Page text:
Moreover, during chronic infection of bacteria including M. homini, various proteins of this pathogen will be targeted to different compartments of host cell, which may act as integral part of the host cell. In this condition, it can be supposed that some proteins of M. humini can release to different cell organelles including the host cell mitochondria, cytoplasm, nucleus, plasma membrane etc [29]. These migrated proteins can exert diverse effects in the host cell and alter the normal functioning of the effected host cell such as promoting or inhibiting certain essential biological activities which may lead to the growth and development of cancer [30]. Many tools are available for the prediction of subcellular targeting of particular proteins, which are based on different rules and principles including detection of specific motifs through the artificial neural feed-forward network, sequence alignment/similarity search, the self-organizing map (SOM), the support vector machine (SVM), the Hidden-Markov-Model (HMM), etc. Though various experimental high-throughput advance methods have been developed currently for the analysis of proteins localization [31, 32], they are more time taking and less cost effective. Nowadays valuable computational tools are available for predicting subcellular targeting of proteins with promising accuracy and genome-scale due to advancement in bioinformatics, which provide attractive complement to experimental results [33, 34].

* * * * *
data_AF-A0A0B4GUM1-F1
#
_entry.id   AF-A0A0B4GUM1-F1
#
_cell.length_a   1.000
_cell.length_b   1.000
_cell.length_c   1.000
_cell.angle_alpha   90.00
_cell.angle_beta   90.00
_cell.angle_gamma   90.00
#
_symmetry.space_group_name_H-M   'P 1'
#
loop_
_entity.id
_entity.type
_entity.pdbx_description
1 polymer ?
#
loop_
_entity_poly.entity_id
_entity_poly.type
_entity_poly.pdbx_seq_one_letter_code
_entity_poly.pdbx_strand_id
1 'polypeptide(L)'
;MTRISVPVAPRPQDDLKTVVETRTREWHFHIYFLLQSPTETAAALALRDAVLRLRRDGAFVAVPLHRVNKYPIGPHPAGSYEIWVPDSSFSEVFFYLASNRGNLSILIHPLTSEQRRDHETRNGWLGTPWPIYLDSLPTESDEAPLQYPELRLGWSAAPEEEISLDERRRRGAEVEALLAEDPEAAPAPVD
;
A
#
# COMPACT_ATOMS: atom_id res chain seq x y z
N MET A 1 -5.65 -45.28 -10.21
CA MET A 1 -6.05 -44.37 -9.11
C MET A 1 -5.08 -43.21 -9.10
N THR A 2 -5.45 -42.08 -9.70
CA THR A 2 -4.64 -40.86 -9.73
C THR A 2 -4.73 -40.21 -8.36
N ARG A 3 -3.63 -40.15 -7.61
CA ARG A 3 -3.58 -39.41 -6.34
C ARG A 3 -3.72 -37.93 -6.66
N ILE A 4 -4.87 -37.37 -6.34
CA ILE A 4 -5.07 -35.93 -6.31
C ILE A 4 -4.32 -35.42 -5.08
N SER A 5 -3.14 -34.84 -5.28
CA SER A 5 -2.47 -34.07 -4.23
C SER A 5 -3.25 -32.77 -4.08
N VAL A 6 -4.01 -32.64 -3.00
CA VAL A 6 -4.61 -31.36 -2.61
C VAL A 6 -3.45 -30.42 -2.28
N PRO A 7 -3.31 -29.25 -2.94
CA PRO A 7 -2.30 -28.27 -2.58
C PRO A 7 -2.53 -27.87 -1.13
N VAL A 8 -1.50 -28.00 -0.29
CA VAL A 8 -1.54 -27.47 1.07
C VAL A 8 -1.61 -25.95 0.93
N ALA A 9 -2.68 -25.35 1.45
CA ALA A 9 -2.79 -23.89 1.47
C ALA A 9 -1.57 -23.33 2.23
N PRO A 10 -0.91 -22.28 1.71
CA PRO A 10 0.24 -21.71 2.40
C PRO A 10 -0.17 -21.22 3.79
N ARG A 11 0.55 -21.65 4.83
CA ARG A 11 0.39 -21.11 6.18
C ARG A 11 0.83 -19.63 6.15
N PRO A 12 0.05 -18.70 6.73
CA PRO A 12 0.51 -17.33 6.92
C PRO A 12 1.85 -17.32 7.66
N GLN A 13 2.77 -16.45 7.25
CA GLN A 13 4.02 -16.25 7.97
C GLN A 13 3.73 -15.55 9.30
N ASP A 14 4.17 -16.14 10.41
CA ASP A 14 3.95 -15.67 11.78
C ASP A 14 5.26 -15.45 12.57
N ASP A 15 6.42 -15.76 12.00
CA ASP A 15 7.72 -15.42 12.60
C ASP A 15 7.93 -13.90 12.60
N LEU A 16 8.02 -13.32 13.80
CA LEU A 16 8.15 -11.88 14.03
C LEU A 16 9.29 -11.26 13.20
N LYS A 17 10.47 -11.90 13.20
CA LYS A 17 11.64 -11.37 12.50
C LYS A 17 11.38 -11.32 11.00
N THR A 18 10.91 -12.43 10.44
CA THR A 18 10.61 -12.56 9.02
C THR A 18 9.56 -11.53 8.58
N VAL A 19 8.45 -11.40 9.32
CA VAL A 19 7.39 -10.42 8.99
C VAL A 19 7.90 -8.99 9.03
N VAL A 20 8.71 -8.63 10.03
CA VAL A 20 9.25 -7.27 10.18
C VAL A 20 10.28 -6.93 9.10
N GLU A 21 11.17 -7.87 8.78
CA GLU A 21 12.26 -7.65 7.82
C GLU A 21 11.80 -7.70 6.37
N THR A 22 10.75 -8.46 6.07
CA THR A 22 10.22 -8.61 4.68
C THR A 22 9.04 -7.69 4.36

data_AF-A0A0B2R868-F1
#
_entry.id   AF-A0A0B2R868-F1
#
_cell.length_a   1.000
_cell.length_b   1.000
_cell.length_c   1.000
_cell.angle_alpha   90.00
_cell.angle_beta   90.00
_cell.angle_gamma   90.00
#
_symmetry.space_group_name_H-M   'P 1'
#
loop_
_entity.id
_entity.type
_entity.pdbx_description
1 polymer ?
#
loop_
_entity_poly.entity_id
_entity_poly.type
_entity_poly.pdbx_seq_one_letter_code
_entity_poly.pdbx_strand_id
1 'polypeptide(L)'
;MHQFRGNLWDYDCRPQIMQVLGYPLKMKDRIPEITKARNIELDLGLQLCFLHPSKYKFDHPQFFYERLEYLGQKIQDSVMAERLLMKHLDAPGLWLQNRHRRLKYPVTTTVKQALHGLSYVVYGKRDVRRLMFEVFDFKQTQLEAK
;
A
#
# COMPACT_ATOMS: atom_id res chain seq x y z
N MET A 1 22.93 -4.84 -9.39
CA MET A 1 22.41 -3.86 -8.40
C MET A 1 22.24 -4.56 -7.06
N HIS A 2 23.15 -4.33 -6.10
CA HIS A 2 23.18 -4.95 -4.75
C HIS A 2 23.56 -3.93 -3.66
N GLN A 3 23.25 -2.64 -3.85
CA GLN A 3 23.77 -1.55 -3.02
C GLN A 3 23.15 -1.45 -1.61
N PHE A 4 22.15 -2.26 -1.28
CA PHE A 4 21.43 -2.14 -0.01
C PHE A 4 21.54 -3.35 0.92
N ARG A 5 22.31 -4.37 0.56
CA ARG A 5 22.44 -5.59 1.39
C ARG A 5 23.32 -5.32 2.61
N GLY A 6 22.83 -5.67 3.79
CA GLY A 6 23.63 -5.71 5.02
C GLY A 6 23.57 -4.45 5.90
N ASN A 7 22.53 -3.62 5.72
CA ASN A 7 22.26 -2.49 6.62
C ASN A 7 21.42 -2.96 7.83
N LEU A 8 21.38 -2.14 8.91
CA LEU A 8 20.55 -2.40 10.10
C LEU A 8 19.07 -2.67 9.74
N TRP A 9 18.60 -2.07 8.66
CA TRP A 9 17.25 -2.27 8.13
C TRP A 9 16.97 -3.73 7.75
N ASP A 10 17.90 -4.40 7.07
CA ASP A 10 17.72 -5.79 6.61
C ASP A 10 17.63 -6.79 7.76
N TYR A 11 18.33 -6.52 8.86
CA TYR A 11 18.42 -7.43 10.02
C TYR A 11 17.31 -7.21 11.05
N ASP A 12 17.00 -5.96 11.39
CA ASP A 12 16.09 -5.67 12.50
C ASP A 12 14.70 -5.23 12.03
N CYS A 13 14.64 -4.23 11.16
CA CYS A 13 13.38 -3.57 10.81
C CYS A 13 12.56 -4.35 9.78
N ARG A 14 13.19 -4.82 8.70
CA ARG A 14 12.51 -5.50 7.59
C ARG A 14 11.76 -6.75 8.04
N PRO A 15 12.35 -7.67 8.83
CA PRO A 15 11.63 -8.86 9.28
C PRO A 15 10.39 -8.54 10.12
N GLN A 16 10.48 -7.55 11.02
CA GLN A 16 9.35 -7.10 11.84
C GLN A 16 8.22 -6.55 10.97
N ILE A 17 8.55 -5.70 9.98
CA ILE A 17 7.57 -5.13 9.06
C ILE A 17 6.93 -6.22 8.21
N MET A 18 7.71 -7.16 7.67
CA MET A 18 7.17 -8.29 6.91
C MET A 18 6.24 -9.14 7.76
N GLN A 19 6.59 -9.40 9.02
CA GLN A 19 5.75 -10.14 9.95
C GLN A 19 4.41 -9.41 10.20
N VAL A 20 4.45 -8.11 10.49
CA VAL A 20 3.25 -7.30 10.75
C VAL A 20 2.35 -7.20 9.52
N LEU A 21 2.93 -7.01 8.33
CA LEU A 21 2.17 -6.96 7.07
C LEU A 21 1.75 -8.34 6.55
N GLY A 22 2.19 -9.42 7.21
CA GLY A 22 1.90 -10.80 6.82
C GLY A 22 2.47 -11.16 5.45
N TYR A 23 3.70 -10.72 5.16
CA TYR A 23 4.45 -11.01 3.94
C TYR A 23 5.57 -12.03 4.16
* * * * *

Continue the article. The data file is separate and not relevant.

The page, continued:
NLS Mapper is a useful widget that provides NLS values particularly the importin αβ pathway by predicting NLS scores. cNLS Mapper calculates classical NLS (cNLS) functionality values of particular query sequence of proteins by predicting the total functional contribution of all amino acid residues as per the information based on activity-profiles that are obtained from the systematic residue-replacement predictions in Saccharomyces cerevisiae. Prediction of NLS in any protein sequence is necessary for the predicting of their nuclear localization with the maximum cNLS value. Therefore, cNLS mapper is a tool of bioinformatics for the prediction of NLS activity instead of NLS sequence, and their calculated activity demonstrates cytoplasmic localization of different sequences of protein [20, 35, 36].